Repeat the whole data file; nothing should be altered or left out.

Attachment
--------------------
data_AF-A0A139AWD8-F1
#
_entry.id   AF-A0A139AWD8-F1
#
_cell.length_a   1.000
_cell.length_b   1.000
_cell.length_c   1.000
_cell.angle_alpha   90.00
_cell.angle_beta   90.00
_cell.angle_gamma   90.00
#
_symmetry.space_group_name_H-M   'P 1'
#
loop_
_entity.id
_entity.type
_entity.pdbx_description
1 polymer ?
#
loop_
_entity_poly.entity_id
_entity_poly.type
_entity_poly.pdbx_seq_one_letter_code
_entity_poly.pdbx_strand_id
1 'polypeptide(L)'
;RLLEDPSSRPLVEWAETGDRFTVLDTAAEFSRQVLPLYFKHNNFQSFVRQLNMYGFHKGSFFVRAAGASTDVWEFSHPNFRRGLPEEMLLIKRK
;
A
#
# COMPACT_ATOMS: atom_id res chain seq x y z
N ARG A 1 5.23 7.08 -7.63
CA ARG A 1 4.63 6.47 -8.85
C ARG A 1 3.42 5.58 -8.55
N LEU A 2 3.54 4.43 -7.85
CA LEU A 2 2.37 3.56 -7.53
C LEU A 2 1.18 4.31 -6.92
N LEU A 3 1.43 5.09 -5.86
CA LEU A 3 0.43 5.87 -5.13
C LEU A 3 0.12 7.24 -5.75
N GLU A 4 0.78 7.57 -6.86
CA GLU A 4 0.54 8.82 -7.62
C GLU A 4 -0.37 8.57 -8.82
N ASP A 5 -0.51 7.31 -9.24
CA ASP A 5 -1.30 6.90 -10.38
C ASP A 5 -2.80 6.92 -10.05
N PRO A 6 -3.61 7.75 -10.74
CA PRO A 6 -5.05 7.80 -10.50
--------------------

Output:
data_AF-A0A139AWD8-F1
#
_entry.id   AF-A0A139AWD8-F1
#
_cell.length_a   1.000
_cell.length_b   1.000
_cell.length_c   1.000
_cell.angle_alpha   90.00
_cell.angle_beta   90.00
_cell.angle_gamma   90.00
#
_symmetry.space_group_name_H-M   'P 1'
#
loop_
_entity.id
_entity.type
_entity.pdbx_description
1 polymer ?
#
loop_
_entity_poly.entity_id
_entity_poly.type
_entity_poly.pdbx_seq_one_letter_code
_entity_poly.pdbx_strand_id
1 'polypeptide(L)'
;RLLEDPSSRPLVEWAETGDRFTVLDTAAEFSRQVLPLYFKHNNFQSFVRQLNMYGFHKGSFFVRAAGASTDVWEFSHPNFRRGLPEEMLLIKRK
;
A
#
# COMPACT_ATOMS: atom_id res chain seq x y z
N ARG A 1 5.23 7.08 -7.63
CA ARG A 1 4.63 6.47 -8.85
C ARG A 1 3.42 5.58 -8.55
N LEU A 2 3.54 4.43 -7.85
CA LEU A 2 2.37 3.56 -7.53
C LEU A 2 1.18 4.31 -6.92
N LEU A 3 1.43 5.09 -5.86
CA LEU A 3 0.43 5.87 -5.13
C LEU A 3 0.12 7.24 -5.75
N GLU A 4 0.78 7.57 -6.86
CA GLU A 4 0.54 8.82 -7.62
C GLU A 4 -0.37 8.57 -8.82
N ASP A 5 -0.51 7.31 -9.24
CA ASP A 5 -1.30 6.90 -10.38
C ASP A 5 -2.80 6.92 -10.05
N PRO A 6 -3.61 7.75 -10.74
CA PRO A 6 -5.05 7.80 -10.50